Ese’s Abduction: Court to Take Victim’s Evidence in Private

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    By Emmanuel Addeh
     
    Justice Aliya Ngajiwa of the Federal High Court, Yenagoa, Bayelsa State, on Thursday granted an application by lawyers to Ese Oruru requesting the court to take the young girl’s evidence in camera.
    The law allows judges to take evidence in private or in chambers in cases that would breach trade secrets, national security or matters involving minors.
    In that case, the press or people who are not connected directly to the matter before the court would not be allowed in except lawyers to both parties and their witnesses.
     Miss Oruru, 14, was allegedly abducted and impregnated by Yunusa Dahiru, a Kano indigene, resident in Bayelsa, in a case that has recently drawn both national and international attention.
    Citing several authorities, Justice Nganjiwa affirmed that it was trite that once the court is satisfied with the facts before it, then it can make arrangement for any case to be held in private.
    Justice Ngajiwa noted that in the opinion of the court, the accused would lose nothing if the evidence of the alleged victim, Oruru, is taken outside the public glare.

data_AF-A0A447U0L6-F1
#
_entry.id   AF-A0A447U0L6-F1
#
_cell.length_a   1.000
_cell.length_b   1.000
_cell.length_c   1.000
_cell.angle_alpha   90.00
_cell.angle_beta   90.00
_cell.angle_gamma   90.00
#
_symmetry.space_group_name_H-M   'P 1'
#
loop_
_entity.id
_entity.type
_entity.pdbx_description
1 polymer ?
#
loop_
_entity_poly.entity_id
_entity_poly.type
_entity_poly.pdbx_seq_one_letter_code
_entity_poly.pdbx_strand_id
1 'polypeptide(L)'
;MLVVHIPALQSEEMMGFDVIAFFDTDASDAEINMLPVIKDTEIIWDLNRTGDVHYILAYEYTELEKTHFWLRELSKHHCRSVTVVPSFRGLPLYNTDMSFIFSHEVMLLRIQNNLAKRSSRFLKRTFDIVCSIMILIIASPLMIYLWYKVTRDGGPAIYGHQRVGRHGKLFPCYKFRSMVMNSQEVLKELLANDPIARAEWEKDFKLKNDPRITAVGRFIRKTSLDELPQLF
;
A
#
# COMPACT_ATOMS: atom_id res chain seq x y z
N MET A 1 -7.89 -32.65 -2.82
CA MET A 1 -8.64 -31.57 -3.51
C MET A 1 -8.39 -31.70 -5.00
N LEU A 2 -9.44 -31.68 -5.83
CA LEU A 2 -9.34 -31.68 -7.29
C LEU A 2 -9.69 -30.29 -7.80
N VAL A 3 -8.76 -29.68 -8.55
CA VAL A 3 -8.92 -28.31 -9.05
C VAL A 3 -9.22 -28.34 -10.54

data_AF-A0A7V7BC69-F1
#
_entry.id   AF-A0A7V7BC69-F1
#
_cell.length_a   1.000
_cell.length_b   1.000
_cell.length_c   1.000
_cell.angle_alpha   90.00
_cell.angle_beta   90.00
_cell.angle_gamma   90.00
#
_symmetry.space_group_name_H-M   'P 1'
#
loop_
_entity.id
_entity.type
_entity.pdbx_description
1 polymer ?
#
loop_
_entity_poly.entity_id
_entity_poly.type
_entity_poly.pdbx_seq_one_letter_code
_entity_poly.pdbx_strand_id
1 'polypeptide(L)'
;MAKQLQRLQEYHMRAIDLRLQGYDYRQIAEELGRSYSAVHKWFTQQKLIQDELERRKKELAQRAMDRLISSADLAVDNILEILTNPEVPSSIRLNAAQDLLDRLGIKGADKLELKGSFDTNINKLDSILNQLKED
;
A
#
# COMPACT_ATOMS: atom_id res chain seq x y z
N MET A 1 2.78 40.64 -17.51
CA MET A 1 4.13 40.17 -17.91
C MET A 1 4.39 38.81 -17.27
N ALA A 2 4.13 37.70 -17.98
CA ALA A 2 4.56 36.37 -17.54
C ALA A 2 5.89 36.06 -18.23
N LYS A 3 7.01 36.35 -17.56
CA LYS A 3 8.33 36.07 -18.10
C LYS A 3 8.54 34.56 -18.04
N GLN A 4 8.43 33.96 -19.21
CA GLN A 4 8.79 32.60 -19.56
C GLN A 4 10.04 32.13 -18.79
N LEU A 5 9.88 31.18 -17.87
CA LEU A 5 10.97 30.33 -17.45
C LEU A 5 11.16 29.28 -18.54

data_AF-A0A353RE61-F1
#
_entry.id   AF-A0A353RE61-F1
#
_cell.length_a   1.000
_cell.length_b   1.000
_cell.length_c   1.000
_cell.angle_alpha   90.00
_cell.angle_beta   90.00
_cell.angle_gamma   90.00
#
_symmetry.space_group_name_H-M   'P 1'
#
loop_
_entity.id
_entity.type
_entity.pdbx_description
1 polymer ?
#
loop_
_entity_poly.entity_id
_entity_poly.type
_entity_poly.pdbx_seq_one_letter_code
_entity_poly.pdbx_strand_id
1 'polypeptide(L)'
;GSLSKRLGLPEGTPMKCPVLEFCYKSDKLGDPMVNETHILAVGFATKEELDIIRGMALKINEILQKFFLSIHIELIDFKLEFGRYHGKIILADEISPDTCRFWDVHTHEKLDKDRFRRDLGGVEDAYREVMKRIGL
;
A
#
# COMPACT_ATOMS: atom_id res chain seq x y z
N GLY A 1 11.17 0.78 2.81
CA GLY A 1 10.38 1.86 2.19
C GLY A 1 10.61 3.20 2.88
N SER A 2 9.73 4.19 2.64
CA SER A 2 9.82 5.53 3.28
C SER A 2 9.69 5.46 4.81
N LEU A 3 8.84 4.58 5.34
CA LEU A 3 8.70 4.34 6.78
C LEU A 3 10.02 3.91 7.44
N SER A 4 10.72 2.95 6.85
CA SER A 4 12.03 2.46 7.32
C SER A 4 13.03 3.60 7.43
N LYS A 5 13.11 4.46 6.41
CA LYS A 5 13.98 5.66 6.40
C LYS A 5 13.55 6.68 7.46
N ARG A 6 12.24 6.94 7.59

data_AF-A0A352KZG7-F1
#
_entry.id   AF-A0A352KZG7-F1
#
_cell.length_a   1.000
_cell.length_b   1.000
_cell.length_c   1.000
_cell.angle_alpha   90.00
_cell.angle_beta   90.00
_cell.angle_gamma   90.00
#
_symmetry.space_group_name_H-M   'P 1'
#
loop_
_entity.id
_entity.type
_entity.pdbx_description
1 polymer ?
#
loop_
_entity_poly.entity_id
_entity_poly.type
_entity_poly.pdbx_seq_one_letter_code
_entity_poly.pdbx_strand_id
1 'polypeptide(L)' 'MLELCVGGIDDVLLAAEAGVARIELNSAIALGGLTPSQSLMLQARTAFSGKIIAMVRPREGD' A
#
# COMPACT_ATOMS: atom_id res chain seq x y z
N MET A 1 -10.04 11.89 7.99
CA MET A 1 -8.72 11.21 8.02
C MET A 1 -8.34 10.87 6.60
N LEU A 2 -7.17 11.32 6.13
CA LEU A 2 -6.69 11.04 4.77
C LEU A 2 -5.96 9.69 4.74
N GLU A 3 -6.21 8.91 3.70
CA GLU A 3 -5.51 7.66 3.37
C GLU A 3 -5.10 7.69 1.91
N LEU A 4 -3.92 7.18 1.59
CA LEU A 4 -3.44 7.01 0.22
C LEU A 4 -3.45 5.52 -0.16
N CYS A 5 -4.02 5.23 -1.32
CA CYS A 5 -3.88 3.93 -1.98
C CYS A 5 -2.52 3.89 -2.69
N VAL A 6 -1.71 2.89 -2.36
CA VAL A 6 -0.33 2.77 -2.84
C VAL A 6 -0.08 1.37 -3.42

He held that subject to the provision of the relevant laws, cases are to be held in open court, but noted however, that the judge or magistrate may also use his discretion if in the opinion of the court, the subject is below 18.
    According to the judge, victims, including those of rape and child trafficking that fall in that category can also be protected by the court.
    The judge further affirmed that the mother of the now heavily pregnant Miss Oruru has been able to show the court that her daughter was less than 18 years.
    ‘’What will the accused suffer if the victim‘s evidence is taken in private? I hereby order that the evidence should be taken in private and in the court chambers. The application hereby succeeds’’, Ngajiwa said in his ruling.
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